Other Posts from Dallas Romanowski

Ico insights



Dram Shop Cases & Underage Purchasers: What NC Business Owners Should Know

Chris Hinnant - Barnwell Whaley Patterson & Helms, PLLC
Webilm julieformal kellystarbuckcom mg 5471

3 Ways Nonstop Air Service Grows Business

Julie Wilsey - Wilmington International Airport
Volety 0020 1121724229

New Writing Certificate Program Broadens Career Prospects

Aswani Volety - UNCW College of Arts and Sciences

Trending News

Off The Beaten Path, These Cafes Are Worth Special Trips

Jessica Maurer - Mar 14, 2018

Developer Again Seeks Military Cutoff Rezoning With 'less-intensive' Plan For The Avenue

Cece Nunn - Mar 16, 2018

Steak N' Shake Still Aiming To Establish Wilmington Presence

Jessica Maurer - Mar 14, 2018

Marina Grill Opens Today At Port City Marina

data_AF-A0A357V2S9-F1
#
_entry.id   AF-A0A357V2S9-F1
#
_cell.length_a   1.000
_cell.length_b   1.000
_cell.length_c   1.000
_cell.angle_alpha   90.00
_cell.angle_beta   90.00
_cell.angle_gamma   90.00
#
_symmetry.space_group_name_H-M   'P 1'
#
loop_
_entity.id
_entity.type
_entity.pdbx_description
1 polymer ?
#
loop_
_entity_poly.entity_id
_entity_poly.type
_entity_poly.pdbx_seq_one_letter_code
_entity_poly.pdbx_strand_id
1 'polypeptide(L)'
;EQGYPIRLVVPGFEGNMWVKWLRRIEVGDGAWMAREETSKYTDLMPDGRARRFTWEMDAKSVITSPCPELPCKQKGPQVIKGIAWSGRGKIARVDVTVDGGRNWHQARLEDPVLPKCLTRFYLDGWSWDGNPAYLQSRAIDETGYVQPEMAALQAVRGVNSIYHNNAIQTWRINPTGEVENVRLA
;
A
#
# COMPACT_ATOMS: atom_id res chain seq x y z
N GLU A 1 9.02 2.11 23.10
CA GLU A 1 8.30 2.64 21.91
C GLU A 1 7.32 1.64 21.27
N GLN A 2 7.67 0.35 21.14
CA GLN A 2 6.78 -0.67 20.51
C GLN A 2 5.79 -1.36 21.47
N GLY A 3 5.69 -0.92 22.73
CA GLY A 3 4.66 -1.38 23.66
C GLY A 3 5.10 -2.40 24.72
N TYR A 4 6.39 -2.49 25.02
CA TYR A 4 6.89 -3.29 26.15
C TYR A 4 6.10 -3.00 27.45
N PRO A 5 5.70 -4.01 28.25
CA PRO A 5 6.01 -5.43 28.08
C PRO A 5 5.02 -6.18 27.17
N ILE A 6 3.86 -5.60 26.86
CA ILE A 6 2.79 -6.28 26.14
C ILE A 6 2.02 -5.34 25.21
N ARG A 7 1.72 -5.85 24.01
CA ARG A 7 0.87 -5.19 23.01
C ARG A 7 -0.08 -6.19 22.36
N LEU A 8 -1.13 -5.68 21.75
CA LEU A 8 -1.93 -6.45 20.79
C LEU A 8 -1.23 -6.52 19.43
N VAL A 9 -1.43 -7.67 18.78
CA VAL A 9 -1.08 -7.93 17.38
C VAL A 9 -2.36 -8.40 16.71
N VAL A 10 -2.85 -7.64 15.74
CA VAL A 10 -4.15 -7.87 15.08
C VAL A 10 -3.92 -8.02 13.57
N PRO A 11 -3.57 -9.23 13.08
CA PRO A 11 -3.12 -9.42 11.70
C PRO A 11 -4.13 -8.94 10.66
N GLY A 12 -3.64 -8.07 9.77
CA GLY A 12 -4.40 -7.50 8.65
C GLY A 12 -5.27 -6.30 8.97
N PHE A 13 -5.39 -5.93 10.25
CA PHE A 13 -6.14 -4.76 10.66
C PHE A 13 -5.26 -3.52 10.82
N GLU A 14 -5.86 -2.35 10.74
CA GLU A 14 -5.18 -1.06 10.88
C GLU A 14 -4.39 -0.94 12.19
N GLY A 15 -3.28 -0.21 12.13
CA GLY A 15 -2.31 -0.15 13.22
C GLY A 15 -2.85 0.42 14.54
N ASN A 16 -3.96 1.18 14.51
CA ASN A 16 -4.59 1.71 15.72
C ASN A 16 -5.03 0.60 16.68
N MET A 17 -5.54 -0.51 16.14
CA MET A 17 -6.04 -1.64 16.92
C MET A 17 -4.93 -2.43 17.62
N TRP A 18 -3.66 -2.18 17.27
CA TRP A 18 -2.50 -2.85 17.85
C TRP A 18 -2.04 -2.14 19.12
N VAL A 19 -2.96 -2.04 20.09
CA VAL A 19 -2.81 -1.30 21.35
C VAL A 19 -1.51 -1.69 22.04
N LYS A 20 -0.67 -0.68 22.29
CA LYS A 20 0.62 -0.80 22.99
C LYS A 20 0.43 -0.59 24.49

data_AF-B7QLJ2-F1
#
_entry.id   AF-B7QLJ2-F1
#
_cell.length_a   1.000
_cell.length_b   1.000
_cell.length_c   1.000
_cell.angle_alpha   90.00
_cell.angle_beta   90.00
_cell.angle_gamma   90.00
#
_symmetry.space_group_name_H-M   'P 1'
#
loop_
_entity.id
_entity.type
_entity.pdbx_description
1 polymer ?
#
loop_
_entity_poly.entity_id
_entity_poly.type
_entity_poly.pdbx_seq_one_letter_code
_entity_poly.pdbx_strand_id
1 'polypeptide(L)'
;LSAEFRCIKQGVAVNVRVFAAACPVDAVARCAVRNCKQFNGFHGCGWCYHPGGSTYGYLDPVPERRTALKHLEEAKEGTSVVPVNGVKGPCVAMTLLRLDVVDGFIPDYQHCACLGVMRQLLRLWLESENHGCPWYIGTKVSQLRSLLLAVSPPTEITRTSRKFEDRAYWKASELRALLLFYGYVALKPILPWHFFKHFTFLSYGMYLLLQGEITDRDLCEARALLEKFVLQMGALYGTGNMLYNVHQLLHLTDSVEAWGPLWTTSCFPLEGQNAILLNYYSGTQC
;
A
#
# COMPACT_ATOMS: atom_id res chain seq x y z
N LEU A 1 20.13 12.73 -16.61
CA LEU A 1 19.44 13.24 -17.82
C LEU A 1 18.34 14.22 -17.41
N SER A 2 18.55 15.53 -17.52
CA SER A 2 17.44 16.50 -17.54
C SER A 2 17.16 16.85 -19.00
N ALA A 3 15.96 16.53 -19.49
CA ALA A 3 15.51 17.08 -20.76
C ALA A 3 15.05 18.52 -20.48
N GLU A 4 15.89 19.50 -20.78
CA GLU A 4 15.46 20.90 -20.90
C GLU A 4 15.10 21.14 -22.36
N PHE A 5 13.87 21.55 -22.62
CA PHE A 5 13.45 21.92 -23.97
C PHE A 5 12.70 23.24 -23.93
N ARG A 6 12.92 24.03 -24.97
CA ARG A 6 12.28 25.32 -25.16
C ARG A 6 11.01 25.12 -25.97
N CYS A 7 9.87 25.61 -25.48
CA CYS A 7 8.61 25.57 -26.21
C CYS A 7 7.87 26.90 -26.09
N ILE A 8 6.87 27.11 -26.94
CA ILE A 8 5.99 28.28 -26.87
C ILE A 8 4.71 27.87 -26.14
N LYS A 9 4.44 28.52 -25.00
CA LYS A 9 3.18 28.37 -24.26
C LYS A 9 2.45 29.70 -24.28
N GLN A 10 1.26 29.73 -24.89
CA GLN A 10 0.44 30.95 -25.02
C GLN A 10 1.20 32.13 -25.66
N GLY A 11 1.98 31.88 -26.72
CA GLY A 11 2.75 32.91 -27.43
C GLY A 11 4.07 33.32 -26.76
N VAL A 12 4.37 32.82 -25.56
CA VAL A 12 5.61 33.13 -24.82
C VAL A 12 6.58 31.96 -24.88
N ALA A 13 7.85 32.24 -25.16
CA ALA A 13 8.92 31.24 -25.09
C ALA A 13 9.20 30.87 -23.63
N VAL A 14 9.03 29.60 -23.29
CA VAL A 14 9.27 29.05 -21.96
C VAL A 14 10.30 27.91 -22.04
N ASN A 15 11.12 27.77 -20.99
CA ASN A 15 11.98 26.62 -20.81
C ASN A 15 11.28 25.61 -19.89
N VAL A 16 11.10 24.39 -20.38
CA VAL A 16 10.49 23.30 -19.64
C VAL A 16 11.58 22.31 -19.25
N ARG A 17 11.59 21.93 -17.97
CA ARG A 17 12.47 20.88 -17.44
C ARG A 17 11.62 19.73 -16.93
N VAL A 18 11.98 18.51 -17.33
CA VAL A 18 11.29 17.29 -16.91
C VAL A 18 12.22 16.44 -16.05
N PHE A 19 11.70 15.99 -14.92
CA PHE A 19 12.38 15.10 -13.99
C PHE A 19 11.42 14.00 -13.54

Jessica Maurer - Mar 14, 2018

Toys R Us Demise Could Put Valuable Wilmington Property On Market

Cece Nunn - Mar 15, 2018

In The Current Issue

MADE Winners - Functional Product Category

Flow Sciences LLC, Maverick American Spearfishing and Surgilum made the list of MADE Winners in the Functional Product Category....

MADE Winners - Arts Category

Intracoastal Iron & Metalwork LLC, Second Set Designs LLC/Tachits and TAY HAM are the winners in the MADE Arts Category....

Rouse On Remaking The Mall

Changes are on the way to Independence Mall, one of the most high-profile commercial properties in the Cape Fear region. On April 5, the Rou...

Book On Business

The 2018 WilmingtonBiz: Book on Business is an annual publication showcasing the Wilmington region as a center of business.

Order Your Copy Today!



WilmingtonBiz Expo - Keynote Lunch with John Gizdic, CEO, New Hanover Regional Medical Center
Wilmington's Most Intriguing People of 2017
2017 Health Care Heroes